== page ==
Script - T.C. Eglington
Art - Karl Richardson
Letters - Ellie de Ville

The Hurde’s counterattack against the Alliance instantly changes the tide of the war as the symbiotic creatures begin to transform civilians into enemy occupants, effectively increasing their numbers and making further ground attacks useless. T.C Eglington maintains the pressure as he reveals the full extent of the Hurde’s forces, finally adding some evidence to fuel their reputation. While these initial episodes have focused on a galactic scale, Eglington seems to be heading back to a more micro level with the suggestion of a mission to deliver Caul to the Hurde to prove that he was manipulated by rebellious factions within the alien race. Presumably, this will bring him into contact with Carcer and add an element of symmetry to the story as the two characters clash once more on opposite sides of the fence. After five weeks setting up this last-ditch rescue mission, I’m looking forward to seeing Eglington focus more on his principal characters. Karl Richardson remains the driving force behind this script, bringing the epic sense of future war to life with style. There’s a brutal element to his work on the strip, which suits the uncompromising and vicious nature of the Hurde. All in all, this strip is shaping up to be a final conclusion to the Outlier trilogy as it heads towards its next act.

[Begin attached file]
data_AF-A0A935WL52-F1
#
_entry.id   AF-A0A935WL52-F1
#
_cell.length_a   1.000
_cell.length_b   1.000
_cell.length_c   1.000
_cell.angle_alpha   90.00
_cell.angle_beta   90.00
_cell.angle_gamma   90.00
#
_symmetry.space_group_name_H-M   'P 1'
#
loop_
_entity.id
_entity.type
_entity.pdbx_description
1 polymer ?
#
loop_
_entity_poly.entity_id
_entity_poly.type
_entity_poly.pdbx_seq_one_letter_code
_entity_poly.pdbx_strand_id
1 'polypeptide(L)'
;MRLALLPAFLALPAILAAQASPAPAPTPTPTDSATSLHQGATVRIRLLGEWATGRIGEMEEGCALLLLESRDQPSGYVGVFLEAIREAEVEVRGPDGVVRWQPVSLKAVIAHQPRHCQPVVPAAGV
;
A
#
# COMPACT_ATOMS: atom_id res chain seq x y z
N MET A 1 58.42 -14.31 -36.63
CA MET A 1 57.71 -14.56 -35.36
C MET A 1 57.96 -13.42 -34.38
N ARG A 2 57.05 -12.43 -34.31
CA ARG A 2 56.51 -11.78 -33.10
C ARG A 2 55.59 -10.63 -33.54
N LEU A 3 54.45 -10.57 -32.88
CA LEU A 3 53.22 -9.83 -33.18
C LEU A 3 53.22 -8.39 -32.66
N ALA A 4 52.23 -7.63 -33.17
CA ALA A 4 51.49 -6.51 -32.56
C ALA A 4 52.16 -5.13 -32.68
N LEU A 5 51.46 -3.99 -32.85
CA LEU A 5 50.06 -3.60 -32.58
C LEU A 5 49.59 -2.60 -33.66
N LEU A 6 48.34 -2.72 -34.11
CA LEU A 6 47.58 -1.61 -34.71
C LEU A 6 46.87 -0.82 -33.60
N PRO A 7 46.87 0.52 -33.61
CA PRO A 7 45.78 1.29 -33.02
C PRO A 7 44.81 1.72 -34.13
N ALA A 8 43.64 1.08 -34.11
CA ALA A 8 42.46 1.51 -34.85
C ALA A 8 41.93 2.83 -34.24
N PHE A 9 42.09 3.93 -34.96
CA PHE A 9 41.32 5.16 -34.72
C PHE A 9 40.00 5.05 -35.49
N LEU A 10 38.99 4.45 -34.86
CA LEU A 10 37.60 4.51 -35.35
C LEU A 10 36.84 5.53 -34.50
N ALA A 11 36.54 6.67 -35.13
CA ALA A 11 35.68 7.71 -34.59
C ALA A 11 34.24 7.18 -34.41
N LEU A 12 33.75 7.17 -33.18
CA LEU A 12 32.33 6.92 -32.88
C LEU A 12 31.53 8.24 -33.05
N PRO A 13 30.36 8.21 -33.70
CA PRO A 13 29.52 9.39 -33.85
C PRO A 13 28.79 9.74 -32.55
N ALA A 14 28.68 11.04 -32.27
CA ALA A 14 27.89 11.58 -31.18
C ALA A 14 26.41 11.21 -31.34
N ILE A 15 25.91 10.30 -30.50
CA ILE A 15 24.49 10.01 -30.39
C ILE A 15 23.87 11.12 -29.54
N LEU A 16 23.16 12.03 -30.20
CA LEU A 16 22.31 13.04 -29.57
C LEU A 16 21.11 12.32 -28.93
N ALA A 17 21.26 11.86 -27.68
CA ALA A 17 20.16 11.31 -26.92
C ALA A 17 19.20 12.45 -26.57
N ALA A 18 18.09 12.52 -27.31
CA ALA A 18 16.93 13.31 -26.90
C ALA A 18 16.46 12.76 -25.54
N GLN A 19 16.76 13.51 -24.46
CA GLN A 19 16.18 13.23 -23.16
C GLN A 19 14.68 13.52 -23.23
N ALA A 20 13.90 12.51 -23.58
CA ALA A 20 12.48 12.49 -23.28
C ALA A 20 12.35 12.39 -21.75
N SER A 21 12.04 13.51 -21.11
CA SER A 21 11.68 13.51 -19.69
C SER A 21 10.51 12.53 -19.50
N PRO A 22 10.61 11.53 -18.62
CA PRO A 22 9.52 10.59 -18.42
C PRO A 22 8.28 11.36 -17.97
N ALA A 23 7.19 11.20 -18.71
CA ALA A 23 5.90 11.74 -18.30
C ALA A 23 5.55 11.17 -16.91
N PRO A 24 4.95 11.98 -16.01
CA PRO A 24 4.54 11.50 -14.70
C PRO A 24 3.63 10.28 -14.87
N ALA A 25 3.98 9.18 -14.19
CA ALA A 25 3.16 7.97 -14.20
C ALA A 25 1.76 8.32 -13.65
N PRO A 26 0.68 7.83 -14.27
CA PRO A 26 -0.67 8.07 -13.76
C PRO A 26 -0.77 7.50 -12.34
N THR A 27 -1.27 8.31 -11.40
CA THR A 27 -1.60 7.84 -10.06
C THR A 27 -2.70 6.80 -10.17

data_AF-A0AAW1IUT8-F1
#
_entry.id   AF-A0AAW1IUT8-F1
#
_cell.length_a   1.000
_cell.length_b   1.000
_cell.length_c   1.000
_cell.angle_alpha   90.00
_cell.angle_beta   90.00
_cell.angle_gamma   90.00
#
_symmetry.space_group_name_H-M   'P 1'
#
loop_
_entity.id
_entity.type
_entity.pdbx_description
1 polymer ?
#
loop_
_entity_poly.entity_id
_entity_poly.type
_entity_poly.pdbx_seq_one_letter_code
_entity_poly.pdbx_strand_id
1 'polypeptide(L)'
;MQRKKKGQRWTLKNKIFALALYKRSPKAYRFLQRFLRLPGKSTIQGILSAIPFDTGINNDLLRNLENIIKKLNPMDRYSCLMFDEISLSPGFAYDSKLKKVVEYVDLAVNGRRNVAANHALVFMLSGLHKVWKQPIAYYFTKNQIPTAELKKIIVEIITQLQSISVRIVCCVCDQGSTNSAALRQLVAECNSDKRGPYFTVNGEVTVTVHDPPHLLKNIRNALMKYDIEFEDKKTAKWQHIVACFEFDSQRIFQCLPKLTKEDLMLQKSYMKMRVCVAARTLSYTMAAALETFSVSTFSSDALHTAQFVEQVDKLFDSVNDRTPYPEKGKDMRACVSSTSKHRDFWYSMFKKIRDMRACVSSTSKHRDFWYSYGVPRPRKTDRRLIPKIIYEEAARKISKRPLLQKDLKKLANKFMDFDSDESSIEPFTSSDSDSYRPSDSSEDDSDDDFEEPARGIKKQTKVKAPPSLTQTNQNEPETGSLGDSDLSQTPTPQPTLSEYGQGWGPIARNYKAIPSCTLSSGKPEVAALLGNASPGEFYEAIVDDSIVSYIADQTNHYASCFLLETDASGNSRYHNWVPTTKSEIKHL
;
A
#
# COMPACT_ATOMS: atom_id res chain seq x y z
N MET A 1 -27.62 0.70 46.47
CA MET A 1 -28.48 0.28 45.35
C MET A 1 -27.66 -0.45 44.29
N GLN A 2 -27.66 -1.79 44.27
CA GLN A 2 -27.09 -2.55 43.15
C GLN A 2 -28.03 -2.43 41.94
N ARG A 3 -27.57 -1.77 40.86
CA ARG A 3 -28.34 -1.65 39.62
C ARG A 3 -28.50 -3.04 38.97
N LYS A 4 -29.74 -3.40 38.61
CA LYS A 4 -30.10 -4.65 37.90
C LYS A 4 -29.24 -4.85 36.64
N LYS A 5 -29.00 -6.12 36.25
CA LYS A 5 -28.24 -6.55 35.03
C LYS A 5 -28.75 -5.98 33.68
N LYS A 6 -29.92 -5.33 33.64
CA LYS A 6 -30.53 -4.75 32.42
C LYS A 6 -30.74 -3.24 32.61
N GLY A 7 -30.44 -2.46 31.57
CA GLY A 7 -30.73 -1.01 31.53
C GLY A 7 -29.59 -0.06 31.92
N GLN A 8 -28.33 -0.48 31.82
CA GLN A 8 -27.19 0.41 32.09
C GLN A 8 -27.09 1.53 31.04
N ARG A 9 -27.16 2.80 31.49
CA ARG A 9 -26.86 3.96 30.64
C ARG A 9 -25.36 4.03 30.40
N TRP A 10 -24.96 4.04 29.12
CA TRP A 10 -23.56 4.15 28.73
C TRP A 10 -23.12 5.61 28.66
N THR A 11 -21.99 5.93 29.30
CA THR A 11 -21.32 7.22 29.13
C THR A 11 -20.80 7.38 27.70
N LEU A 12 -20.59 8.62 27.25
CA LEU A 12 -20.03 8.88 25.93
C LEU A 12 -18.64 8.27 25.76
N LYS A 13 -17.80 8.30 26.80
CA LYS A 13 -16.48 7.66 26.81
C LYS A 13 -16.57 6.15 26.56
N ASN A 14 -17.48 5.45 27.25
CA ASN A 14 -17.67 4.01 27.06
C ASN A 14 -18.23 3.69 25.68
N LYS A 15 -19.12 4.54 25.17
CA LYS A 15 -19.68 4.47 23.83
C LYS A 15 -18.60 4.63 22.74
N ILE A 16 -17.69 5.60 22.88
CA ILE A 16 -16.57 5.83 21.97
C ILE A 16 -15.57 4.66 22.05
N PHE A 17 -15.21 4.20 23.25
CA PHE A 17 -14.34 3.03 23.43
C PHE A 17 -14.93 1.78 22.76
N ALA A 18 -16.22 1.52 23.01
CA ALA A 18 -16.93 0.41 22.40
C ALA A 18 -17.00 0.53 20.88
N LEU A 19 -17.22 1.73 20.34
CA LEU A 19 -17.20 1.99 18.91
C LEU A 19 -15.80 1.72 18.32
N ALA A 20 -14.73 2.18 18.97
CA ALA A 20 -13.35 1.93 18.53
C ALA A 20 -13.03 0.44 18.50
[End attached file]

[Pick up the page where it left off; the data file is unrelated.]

Once again, the Judge Dredd Megazine has trumped 2000AD with a nail-biter of a Judge Dredd story – while things are heating up with PJ Maybe over in “Ladykiller”, Michael Carroll and Ben Willsher managed to craft a thing of beauty over in the Megazine. Without a doubt, “Carousel” might be the best Judge Dredd story of the year, and it has definitely risen to the top of the list of stories I want to see brought to life in a Dredd TV show!

The rest of the Prog is brimming to the edges with high-quality storytelling, making it tough to pick a favourite within the Prog itself. Each and every story is firing on all cylinders, providing a strong line-up as the magazine heads towards the iconic landmark of Prog 2000. I'm eagerly awaiting the next chapter of “Ladykiller” as Wagner and Ezquerra gleefully pit arch-enemies against each other for perhaps the final time! I'm in serious danger of thrill-power overload over the coming weeks, and I'm loving every drokkin' minute!

Thrill of the Week: Judge Dredd (Megazine)

The physical edition of 2000AD Prog 1994 will be available in stores on Wednesday 17th August - Digital copies of this Prog will be available on the same day through the standalone 2000AD app, which can be downloaded onto iOS and Android devices.

Keep checking back each week for more reviews and features about 2000AD, the Galaxy's Greatest Comic! Remember to leave your comments below, or contact me on Twitter or through my Facebook page!